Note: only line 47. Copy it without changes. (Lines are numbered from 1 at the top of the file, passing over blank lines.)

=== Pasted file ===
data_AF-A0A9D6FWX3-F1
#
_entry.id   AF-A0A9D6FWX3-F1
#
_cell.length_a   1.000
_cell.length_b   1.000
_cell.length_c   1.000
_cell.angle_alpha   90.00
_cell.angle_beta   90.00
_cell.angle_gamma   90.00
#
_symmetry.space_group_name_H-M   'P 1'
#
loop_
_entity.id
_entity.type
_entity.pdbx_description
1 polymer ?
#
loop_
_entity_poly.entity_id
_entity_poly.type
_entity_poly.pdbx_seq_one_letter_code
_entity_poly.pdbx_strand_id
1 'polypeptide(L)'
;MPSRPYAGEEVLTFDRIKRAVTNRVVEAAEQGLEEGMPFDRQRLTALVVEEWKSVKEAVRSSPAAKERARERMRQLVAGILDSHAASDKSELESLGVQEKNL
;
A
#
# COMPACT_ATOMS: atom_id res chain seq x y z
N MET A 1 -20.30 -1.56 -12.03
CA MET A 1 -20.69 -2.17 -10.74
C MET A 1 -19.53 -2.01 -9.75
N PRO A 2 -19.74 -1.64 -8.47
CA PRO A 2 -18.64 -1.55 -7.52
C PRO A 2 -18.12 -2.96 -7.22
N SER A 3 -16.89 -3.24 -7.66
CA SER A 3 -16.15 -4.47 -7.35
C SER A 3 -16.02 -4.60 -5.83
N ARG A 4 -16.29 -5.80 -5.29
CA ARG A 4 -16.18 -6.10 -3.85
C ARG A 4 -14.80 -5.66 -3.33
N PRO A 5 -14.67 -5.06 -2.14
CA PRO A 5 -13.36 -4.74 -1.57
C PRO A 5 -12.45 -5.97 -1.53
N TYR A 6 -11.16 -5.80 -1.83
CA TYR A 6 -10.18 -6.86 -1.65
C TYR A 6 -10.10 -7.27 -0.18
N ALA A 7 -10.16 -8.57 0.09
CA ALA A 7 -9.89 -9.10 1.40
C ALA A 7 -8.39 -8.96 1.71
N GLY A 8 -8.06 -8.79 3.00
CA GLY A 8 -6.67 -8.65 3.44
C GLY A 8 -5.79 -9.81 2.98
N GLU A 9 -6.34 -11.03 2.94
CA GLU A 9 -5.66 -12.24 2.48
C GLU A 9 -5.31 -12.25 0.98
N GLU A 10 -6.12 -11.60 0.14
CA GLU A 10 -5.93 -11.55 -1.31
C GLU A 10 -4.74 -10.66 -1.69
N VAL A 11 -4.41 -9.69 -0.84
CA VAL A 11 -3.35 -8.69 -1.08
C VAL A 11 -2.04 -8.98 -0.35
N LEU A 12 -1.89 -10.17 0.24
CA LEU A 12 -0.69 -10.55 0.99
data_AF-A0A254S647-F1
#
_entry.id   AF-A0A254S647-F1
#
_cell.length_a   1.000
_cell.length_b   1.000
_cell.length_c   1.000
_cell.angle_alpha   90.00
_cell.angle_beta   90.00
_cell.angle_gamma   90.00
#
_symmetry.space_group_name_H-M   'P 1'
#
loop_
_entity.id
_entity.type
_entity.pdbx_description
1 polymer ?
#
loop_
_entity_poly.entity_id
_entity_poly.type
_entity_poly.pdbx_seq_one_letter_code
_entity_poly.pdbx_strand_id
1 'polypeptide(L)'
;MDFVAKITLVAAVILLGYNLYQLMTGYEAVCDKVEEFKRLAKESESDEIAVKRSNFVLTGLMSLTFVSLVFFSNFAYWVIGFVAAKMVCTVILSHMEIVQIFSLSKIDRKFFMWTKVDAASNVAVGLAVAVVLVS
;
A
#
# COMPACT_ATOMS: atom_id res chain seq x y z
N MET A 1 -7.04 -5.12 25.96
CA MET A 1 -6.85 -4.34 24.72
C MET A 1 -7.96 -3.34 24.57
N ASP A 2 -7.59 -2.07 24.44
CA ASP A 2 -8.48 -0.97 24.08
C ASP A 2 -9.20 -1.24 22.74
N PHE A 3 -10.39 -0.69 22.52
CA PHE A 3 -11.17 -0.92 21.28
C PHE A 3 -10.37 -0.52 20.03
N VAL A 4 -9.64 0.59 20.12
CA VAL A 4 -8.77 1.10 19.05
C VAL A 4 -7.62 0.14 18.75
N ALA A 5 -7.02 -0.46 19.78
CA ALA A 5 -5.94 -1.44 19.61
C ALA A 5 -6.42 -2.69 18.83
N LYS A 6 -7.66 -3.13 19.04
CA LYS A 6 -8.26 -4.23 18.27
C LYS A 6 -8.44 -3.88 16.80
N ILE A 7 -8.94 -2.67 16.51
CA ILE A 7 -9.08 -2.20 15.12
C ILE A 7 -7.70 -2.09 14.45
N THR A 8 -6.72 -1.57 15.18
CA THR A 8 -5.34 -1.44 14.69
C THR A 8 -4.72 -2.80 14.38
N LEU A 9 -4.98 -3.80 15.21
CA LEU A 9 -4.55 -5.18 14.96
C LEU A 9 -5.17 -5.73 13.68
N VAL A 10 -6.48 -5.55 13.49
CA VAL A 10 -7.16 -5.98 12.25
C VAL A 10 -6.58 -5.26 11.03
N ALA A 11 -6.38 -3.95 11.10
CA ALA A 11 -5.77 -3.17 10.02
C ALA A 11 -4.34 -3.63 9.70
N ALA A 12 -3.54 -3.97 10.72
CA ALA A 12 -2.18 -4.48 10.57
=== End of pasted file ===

CA TYR A 6 -10.18 -6.86 -1.65